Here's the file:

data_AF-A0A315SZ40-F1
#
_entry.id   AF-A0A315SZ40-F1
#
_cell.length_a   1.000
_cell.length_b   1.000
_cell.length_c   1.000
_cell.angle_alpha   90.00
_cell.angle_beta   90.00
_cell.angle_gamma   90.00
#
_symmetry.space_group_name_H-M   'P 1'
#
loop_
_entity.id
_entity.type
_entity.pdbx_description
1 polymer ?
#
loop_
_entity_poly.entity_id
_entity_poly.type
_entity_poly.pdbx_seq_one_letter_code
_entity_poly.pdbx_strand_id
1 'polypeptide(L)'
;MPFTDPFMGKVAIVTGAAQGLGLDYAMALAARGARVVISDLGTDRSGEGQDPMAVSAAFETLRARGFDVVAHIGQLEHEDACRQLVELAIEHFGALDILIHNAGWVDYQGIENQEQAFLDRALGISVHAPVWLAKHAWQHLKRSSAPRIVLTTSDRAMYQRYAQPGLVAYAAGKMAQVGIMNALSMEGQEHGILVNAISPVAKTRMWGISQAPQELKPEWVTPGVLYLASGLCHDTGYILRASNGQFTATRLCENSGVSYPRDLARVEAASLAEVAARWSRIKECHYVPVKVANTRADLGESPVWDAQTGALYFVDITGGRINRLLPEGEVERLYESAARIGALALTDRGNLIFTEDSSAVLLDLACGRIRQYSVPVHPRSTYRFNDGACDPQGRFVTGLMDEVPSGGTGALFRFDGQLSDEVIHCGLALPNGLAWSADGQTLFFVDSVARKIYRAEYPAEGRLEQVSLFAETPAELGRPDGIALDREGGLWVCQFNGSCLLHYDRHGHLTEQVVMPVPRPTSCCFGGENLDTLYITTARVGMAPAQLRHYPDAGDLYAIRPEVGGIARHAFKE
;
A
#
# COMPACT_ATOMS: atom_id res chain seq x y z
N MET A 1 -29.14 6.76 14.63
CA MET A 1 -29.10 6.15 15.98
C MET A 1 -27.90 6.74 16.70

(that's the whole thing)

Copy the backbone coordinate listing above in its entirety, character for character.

data_AF-A0A315SZ40-F1
#
_entry.id   AF-A0A315SZ40-F1
#
_cell.length_a   1.000
_cell.length_b   1.000
_cell.length_c   1.000
_cell.angle_alpha   90.00
_cell.angle_beta   90.00
_cell.angle_gamma   90.00
#
_symmetry.space_group_name_H-M   'P 1'
#
loop_
_entity.id
_entity.type
_entity.pdbx_description
1 polymer ?
#
loop_
_entity_poly.entity_id
_entity_poly.type
_entity_poly.pdbx_seq_one_letter_code
_entity_poly.pdbx_strand_id
1 'polypeptide(L)'
;MPFTDPFMGKVAIVTGAAQGLGLDYAMALAARGARVVISDLGTDRSGEGQDPMAVSAAFETLRARGFDVVAHIGQLEHEDACRQLVELAIEHFGALDILIHNAGWVDYQGIENQEQAFLDRALGISVHAPVWLAKHAWQHLKRSSAPRIVLTTSDRAMYQRYAQPGLVAYAAGKMAQVGIMNALSMEGQEHGILVNAISPVAKTRMWGISQAPQELKPEWVTPGVLYLASGLCHDTGYILRASNGQFTATRLCENSGVSYPRDLARVEAASLAEVAARWSRIKECHYVPVKVANTRADLGESPVWDAQTGALYFVDITGGRINRLLPEGEVERLYESAARIGALALTDRGNLIFTEDSSAVLLDLACGRIRQYSVPVHPRSTYRFNDGACDPQGRFVTGLMDEVPSGGTGALFRFDGQLSDEVIHCGLALPNGLAWSADGQTLFFVDSVARKIYRAEYPAEGRLEQVSLFAETPAELGRPDGIALDREGGLWVCQFNGSCLLHYDRHGHLTEQVVMPVPRPTSCCFGGENLDTLYITTARVGMAPAQLRHYPDAGDLYAIRPEVGGIARHAFKE
;
A
#
# COMPACT_ATOMS: atom_id res chain seq x y z
N MET A 1 -29.14 6.76 14.63
CA MET A 1 -29.10 6.15 15.98
C MET A 1 -27.90 6.74 16.70